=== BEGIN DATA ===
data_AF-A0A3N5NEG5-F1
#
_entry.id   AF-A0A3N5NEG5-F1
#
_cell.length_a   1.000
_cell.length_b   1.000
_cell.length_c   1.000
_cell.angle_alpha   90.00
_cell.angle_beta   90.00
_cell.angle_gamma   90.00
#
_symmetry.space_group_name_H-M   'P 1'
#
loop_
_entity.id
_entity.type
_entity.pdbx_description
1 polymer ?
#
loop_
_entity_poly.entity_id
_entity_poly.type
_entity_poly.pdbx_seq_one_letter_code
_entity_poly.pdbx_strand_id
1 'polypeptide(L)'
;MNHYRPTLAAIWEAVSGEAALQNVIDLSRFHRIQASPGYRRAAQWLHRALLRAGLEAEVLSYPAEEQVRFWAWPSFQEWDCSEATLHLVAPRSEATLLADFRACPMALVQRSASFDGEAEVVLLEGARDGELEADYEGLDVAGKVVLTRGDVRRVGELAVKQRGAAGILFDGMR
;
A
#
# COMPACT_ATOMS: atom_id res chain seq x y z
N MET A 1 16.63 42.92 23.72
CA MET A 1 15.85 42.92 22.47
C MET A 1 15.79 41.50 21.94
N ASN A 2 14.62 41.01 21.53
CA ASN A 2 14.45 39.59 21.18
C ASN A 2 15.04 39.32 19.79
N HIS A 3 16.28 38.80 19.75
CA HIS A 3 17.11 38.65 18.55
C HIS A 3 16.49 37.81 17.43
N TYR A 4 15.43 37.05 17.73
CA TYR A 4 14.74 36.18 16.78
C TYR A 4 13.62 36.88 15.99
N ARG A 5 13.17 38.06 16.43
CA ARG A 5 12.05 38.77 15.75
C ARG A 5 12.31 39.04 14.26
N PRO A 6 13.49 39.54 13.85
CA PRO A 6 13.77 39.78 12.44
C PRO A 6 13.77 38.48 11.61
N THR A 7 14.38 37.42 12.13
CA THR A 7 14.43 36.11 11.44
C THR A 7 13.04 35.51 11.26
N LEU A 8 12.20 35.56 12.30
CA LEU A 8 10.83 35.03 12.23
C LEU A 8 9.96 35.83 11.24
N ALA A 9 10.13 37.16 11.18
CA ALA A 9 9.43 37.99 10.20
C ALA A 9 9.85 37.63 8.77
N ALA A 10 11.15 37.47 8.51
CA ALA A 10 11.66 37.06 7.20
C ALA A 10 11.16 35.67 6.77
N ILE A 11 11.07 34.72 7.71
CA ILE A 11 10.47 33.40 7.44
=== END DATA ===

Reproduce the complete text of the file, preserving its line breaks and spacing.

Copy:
data_AF-A0A3N5NEG5-F1
#
_entry.id   AF-A0A3N5NEG5-F1
#
_cell.length_a   1.000
_cell.length_b   1.000
_cell.length_c   1.000
_cell.angle_alpha   90.00
_cell.angle_beta   90.00
_cell.angle_gamma   90.00
#
_symmetry.space_group_name_H-M   'P 1'
#
loop_
_entity.id
_entity.type
_entity.pdbx_description
1 polymer ?
#
loop_
_entity_poly.entity_id
_entity_poly.type
_entity_poly.pdbx_seq_one_letter_code
_entity_poly.pdbx_strand_id
1 'polypeptide(L)'
;MNHYRPTLAAIWEAVSGEAALQNVIDLSRFHRIQASPGYRRAAQWLHRALLRAGLEAEVLSYPAEEQVRFWAWPSFQEWDCSEATLHLVAPRSEATLLADFRACPMALVQRSASFDGEAEVVLLEGARDGELEADYEGLDVAGKVVLTRGDVRRVGELAVKQRGAAGILFDGMR
;
A
#
# COMPACT_ATOMS: atom_id res chain seq x y z
N MET A 1 16.63 42.92 23.72
CA MET A 1 15.85 42.92 22.47
C MET A 1 15.79 41.50 21.94
N ASN A 2 14.62 41.01 21.53
CA ASN A 2 14.45 39.59 21.18
C ASN A 2 15.04 39.32 19.79
N HIS A 3 16.28 38.80 19.75
CA HIS A 3 17.11 38.65 18.55
C HIS A 3 16.49 37.81 17.43
N TYR A 4 15.43 37.05 17.73
CA TYR A 4 14.74 36.18 16.78
C TYR A 4 13.62 36.88 15.99
N ARG A 5 13.17 38.06 16.43
CA ARG A 5 12.05 38.77 15.75
C ARG A 5 12.31 39.04 14.26
N PRO A 6 13.49 39.54 13.85
CA PRO A 6 13.77 39.78 12.44
C PRO A 6 13.77 38.48 11.61
N THR A 7 14.38 37.42 12.13
CA THR A 7 14.43 36.11 11.44
C THR A 7 13.04 35.51 11.26
N LEU A 8 12.20 35.56 12.30
CA LEU A 8 10.83 35.03 12.23
C LEU A 8 9.96 35.83 11.24
N ALA A 9 10.13 37.16 11.18
CA ALA A 9 9.43 37.99 10.20
C ALA A 9 9.85 37.63 8.77
N ALA A 10 11.15 37.47 8.51
CA ALA A 10 11.66 37.06 7.20
C ALA A 10 11.16 35.67 6.77
N ILE A 11 11.07 34.72 7.71
CA ILE A 11 10.47 33.40 7.44